A Dangerous Situation
When trying to document highly volatile situations your mobility is your best asset. The ability to run into a location, and then leave quickly will give you the ability to capture footage that larger crews may not be able to. Even if your presence is an offense to the combatants of the commotion they will likely not be able to catch you if you have a planned strategy for entering and exiting.
Know the Event
Though each situation is different it is important to plan ahead for things that may occur. Take stock of the exact event that is taking place and what may happen there. If it is something like a demonstration or private festival you may want to check out reports of its previous incarnations or similar episodes. This way you will get an idea of how it is laid out and what kind of response you will get from the people.
The most important part of this is to know the layout of the location, and to make sure that you visit it before the shoot. You want to know where all the entrances and exits are, any places that you may be able to tuck yourself away in case of emergency, and a place to hide your equipment if need be. From here you may want to do a brief run through, staging a sequence where you may need to leave very quickly. The same is going to be true if you are just entering a location where no event is taking place but you are still not welcome with a digital video camera. These could be things like a private business or government building, where you may want to enter and get footage quickly and then run out before security or police personnel are able to interfere. This time you could not take the camera in for a run through, but make sure you know the ins and outs of the location well. If it is exceptionally large you may want to either construct or look at a map of the area. Blueprints are great option if it is significantly large, and these you can often get from your local city hall or chamber of commerce (depending on the area and the situation). If it is a public or historic building you may even be able to get hold of them at the public library. If it is a fully outdoor location you may have trouble planning it much ahead of time because they may have changed the accessibility. For example, if an event is taking place at a fair ground you are not going to get a good idea of where the exits are when it is just open space. You must first wait for the area to be prepared for the event before you stake it out.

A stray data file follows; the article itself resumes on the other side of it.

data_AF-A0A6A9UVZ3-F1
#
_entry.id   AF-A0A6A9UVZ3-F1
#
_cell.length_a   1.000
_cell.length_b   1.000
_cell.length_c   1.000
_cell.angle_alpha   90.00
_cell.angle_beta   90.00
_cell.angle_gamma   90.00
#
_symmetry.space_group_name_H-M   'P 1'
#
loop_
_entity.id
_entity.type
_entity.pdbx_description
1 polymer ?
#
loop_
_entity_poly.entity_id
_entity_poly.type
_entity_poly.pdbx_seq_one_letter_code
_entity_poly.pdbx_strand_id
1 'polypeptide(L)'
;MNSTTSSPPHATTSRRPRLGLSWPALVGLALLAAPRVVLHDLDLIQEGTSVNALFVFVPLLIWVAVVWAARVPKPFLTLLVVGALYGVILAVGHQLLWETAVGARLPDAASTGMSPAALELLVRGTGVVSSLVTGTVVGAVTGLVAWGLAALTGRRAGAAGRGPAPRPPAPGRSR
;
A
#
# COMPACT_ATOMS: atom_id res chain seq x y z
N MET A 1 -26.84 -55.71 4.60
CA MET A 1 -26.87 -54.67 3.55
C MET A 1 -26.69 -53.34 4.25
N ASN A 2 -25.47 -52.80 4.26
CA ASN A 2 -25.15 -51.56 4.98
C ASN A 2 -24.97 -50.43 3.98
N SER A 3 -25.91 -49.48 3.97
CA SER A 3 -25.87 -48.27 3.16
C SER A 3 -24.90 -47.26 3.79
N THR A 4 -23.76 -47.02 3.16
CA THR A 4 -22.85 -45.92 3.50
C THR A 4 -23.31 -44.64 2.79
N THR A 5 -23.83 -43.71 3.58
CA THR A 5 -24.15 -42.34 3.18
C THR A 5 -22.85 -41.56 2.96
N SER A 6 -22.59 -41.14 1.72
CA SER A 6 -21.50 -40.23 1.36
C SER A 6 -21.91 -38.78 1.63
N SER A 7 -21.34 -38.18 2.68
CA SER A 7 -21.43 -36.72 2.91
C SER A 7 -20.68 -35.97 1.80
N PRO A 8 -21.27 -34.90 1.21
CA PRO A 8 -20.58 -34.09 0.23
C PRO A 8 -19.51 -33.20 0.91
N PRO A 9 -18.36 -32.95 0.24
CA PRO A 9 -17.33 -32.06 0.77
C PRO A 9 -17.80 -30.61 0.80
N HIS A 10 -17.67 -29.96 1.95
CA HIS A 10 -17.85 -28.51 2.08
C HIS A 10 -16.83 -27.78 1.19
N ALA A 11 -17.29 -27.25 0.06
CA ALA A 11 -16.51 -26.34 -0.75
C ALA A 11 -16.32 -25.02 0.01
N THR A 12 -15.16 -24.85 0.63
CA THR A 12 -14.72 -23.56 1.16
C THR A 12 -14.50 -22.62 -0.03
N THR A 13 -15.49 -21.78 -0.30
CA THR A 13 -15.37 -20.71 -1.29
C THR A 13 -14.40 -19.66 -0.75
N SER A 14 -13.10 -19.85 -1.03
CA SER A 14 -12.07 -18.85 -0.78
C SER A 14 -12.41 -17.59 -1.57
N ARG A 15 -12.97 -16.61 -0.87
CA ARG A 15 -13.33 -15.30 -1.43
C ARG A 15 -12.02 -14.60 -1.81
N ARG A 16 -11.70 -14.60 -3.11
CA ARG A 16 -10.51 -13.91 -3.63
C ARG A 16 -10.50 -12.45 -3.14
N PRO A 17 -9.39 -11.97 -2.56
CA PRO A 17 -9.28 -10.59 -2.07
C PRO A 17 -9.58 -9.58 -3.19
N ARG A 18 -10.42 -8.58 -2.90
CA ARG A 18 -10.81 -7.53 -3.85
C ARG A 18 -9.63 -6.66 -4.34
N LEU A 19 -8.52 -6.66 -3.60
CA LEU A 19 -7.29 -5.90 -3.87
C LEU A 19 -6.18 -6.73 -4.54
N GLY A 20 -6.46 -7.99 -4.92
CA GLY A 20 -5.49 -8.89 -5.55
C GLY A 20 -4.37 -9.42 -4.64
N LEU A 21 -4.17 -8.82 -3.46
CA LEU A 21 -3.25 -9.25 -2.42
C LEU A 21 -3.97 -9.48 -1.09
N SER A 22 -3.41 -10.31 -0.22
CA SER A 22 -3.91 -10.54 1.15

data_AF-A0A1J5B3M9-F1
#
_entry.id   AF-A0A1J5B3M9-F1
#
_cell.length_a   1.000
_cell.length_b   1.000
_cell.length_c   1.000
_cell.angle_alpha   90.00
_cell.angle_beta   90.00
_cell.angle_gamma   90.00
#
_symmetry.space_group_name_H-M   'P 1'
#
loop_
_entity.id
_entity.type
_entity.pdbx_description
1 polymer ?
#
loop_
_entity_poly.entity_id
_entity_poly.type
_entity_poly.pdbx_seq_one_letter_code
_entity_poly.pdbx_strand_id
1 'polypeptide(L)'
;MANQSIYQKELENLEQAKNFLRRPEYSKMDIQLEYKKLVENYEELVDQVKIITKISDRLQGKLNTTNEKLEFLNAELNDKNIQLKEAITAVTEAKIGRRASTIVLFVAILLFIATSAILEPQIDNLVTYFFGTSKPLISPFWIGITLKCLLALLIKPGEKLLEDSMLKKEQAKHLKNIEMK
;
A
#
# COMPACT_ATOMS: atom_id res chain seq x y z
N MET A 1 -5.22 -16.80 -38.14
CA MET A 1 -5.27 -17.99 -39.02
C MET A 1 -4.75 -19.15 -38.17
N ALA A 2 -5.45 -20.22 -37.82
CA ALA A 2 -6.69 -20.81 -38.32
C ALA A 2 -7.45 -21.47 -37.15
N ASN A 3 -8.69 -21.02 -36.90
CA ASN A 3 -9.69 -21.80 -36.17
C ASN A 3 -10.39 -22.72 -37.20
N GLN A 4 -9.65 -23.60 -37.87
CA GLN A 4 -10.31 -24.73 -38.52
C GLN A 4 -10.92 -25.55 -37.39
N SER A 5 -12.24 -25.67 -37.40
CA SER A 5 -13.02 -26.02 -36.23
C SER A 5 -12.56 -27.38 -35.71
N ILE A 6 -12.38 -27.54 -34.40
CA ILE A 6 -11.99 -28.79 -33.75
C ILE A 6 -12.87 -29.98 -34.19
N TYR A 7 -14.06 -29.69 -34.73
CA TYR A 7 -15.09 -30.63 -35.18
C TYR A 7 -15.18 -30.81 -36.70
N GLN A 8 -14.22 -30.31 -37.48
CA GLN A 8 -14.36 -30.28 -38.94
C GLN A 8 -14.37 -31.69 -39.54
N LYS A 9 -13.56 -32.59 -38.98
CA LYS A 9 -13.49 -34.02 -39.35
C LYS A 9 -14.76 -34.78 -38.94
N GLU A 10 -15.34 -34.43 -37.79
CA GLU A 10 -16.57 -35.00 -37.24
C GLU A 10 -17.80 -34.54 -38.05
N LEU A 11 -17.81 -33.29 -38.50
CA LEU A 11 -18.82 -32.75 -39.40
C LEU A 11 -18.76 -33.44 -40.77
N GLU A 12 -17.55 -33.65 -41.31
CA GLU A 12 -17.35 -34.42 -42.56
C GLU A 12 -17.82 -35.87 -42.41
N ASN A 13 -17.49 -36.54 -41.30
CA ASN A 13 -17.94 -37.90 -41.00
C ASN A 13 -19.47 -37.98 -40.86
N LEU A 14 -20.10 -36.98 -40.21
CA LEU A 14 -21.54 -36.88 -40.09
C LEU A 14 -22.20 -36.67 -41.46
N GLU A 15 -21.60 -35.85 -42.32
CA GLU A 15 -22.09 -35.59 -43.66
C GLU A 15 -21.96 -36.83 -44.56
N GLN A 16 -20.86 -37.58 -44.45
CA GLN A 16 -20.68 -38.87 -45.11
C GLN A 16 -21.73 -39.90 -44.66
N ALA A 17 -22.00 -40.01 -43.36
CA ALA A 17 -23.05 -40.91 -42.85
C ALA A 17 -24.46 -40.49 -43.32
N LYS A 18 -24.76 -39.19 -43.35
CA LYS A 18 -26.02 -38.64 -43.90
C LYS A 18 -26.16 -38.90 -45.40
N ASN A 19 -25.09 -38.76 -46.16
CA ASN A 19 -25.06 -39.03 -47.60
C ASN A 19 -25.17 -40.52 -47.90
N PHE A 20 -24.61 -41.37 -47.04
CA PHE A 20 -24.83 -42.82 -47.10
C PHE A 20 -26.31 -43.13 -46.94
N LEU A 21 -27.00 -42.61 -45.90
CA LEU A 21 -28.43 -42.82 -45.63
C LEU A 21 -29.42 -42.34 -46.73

Secret Ins and Outs
One of the most important things to look for when checking over the locations is if there are areas you could use as entrances or exits that are not specifically designed as such. For an indoor location this could be something like a back door or low window, and outside it could be a weak spot in the surrounding fence. These can be great for either a secret entrance or exit, but usually not both. If you would like to use one of these it is best to choose a main door or path for one because they will likely be securing wherever you came in.
You need to know the object of your focus before you enter because you will have a limited time frame to record footage. It is not prudent to simply enter and observe if you are not at all welcome, so you need to be able to identify your target and go for it immediately. Know all that you want to get so you will be able to leave right when you have achieved the objective.
Know Your Laws
Be aware of trespassing laws either way because if you are caught in an area where you are not legally allowed you may have to suffer criminal penalties. A good plan also incorporates knowledge of the legal limitations that are in front of you.
This post is part of the series: Guerilla Documentary
The truth does not always live in the open, so many documentarians head to the underground. Learn about some techniques used in guerilla documentary production.
- Guerrilla Documentary: Anonymity Part 1 of 2
- Guerrilla Documentary: Anonymity Part 2 of 2
- Guerrilla Documentary: Clandestine Footage
- Guerrilla Documentary: Hidden Field Cameras
- Guerrilla Documentary: Filming Without a Permit
- Guerrilla Documentary: Wireless Microphone
- Guerrilla Documentary: Using Still Photography
- Guerrilla Documentary: Using Your Mobile Phone
- Guerrilla Documentary: Entering and Exiting the Premises
- Guerrilla Documentary: Usable Stock Visuals
- Guerrilla Documentary: Getting Your Releases Early
- Guerrilla Documentary: Forget High Definition
- Guerrilla Documentary: Hidden Costs
- Guerrilla Documentary: Small & Light Cameras
- Guerrilla Documentary:Videotaping News Crews
- Guerrilla Documentary: Making a Studio in Your Apartment
- Guerrilla Documentary: Don’t Turn Off Your Camera
- Guerrilla Documentary: Chasing Your Subject
- Guerrilla Documentary: Prison Interviews
- Guerrilla Documentary: Group Interviews
- Guerrilla Documentary: Using Newspaper Clippings
- Tips on How to Make a Documentary Film